|Public release ||2015-06-02 12:00|
|Updated ||2015-06-02 14:02|
|Title ||PCI MSI mask bits inadvertently exposed to guests|
Filesadvisory-129.txt (signed advisory file)
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Xen Security Advisory CVE-2015-4104 / XSA-129
PCI MSI mask bits inadvertently exposed to guests
UPDATES IN VERSION 2
The mask bits optionally available in the PCI MSI capability structure
are used by the hypervisor to occasionally suppress interrupt
delivery. Unprivileged guests were, however, nevertheless allowed
direct control of these bits.
Interrupts may be observed by Xen at unexpected times, which may lead
to a host crash and therefore a Denial of Service.
Xen versions 3.3 and onwards are vulnerable due to supporting PCI
Only x86 systems are vulnerable. ARM systems are not vulnerable.
Only HVM guests with their device model run in Dom0 can take advantage
of this vulnerability.
Only HVM guests which have been granted access to physical PCI devices
(`PCI passthrough') can take advantage of this vulnerability.
Furthermore, the vulnerability is only applicable when the
passed-through PCI devices are MSI-capable. (Most modern devices
This issue can be avoided by not assigning MSI capable PCI devices to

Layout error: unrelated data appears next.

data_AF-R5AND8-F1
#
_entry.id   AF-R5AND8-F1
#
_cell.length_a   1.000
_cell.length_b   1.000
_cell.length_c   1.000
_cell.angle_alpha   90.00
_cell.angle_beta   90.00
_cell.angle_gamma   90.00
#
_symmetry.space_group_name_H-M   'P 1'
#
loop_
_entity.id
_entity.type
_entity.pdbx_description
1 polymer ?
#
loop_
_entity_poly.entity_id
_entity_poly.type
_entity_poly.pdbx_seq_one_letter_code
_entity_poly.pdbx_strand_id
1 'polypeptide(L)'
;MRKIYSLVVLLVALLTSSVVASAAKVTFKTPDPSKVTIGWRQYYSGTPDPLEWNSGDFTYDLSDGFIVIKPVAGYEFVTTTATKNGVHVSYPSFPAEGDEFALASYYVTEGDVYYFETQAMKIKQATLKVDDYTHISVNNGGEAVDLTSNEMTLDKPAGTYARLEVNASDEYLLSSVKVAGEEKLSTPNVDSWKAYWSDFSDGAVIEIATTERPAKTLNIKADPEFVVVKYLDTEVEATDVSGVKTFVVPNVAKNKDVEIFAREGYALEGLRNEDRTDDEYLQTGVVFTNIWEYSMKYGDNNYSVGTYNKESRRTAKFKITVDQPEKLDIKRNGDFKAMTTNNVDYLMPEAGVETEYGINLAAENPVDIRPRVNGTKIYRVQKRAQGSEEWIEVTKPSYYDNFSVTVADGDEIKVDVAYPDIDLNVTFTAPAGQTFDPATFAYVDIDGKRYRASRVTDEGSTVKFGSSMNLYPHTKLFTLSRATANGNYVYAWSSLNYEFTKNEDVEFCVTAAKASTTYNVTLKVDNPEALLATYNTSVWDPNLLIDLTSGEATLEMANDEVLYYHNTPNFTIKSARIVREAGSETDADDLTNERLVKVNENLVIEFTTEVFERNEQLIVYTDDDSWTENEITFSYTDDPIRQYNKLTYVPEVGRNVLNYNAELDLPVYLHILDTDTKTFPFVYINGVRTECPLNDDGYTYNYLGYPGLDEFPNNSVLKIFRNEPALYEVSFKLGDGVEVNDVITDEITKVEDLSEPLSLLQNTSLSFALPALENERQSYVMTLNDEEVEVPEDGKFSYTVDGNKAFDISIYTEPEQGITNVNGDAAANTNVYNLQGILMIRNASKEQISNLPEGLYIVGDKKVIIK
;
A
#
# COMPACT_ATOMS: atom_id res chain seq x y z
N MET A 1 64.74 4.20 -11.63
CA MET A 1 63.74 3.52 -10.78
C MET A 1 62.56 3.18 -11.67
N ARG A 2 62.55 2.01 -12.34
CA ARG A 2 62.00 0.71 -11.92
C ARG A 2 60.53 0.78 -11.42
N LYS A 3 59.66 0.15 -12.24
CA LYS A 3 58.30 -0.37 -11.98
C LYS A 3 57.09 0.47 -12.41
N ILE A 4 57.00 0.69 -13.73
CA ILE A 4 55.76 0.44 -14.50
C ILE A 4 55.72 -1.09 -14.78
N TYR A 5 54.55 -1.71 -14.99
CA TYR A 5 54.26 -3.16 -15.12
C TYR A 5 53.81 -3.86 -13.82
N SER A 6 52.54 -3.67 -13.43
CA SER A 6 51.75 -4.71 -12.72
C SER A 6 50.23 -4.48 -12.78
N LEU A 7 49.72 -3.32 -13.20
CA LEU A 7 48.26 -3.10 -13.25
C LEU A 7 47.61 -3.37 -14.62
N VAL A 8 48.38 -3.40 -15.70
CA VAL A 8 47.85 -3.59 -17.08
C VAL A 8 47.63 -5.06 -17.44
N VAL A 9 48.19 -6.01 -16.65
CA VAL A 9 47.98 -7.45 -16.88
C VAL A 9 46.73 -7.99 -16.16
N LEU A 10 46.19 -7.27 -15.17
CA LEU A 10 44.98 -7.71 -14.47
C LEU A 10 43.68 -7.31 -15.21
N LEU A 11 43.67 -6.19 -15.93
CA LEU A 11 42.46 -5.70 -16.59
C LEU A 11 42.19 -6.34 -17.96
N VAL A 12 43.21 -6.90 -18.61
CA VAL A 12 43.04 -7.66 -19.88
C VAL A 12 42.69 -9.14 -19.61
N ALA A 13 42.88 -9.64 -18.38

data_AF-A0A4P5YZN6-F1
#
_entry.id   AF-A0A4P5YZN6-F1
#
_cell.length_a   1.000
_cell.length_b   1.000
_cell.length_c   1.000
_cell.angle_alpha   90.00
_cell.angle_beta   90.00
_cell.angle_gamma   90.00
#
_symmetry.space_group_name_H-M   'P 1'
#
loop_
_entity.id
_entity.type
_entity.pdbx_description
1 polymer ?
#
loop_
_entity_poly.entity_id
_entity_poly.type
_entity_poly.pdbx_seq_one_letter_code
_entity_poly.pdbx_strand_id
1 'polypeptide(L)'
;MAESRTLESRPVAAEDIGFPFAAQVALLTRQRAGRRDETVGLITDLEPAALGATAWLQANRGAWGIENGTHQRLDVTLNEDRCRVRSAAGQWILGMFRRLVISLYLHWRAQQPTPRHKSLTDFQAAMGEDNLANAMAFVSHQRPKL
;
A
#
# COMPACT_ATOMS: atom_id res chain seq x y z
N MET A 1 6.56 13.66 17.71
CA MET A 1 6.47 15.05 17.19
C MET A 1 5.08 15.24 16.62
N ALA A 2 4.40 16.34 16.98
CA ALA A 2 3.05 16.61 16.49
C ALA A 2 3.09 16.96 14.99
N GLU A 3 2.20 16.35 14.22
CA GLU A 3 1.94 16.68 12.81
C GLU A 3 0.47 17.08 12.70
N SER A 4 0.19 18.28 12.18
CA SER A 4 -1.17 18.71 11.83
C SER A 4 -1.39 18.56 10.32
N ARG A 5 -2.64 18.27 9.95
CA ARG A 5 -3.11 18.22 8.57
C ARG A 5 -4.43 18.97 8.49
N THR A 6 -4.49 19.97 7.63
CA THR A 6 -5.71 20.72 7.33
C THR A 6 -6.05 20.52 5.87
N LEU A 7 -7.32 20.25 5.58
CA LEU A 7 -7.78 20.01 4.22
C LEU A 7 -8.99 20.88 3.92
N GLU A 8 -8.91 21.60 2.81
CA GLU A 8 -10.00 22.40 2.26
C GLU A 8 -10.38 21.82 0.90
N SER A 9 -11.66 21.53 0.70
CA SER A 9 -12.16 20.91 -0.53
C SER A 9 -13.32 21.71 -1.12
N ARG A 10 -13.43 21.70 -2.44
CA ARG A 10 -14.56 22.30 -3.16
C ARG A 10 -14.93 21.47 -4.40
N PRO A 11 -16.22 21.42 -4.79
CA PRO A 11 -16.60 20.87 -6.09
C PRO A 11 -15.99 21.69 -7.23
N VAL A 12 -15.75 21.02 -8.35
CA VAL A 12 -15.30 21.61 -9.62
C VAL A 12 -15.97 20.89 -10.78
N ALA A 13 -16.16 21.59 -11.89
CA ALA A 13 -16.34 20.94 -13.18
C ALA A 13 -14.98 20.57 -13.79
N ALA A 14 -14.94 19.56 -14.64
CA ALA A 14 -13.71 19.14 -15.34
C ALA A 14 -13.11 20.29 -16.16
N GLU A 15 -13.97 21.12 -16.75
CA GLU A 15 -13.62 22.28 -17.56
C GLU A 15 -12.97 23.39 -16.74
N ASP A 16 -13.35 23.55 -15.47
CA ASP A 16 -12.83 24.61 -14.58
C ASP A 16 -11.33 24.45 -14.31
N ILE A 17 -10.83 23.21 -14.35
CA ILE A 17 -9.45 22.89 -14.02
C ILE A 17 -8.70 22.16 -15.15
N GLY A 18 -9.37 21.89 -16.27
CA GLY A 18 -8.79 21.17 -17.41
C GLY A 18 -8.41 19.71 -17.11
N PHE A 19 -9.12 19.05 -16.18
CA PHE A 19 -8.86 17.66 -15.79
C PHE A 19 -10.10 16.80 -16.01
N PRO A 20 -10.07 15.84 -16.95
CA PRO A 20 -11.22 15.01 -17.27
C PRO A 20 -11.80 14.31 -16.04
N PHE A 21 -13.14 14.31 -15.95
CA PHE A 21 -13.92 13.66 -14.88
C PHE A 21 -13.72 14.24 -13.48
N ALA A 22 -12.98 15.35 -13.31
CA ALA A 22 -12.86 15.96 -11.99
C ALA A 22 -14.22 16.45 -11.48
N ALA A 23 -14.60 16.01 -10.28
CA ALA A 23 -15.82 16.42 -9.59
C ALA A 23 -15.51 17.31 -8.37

untrusted HVM guests.
This issue can also be avoided by only using PV guests.
It can also be avoided by configuring HVM guests with their device
model run in a separate (stub) domain. (When using xl, this can be
requested with "device_model_stubdomain_override=1" in the domain
This issue was discovered by Jan Beulich of SUSE.
Applying the appropriate attached patch resolves this issue.
xsa129-qemuu.patch qemu-upstream-unstable, Xen 4.5.x, Xen 4.4.x
xsa129-qemuu-4.3.patch Xen 4.3.x
xsa129-qemut.patch qemu-xen-unstable, Xen 4.5.x, Xen 4.4.x, Xen 4.3.x, Xen 4.2.x
$ sha256sum xsa129*.patch
DEPLOYMENT DURING EMBARGO
Deployment of patches or migitations is NOT permitted (except on
systems used and administered only by organisations which are members
of the Xen Project Security Issues Predisclosure List). Specifically,
deployent on public cloud systems is NOT permitted.
This is because the altered PCI config space access behavior is visible
Deployment is permitted only AFTER the embargo ends.
(Note: this during-embargo deployment notice is retained in
post-embargo publicly released Xen Project advisories, even though it
is then no longer applicable. This is to enable the community to have
oversight of the Xen Project Security Team's decisionmaking.)
For more information about permissible uses of embargoed information,
consult the Xen Project community's agreed Security Policy:
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Xenproject.org Security Team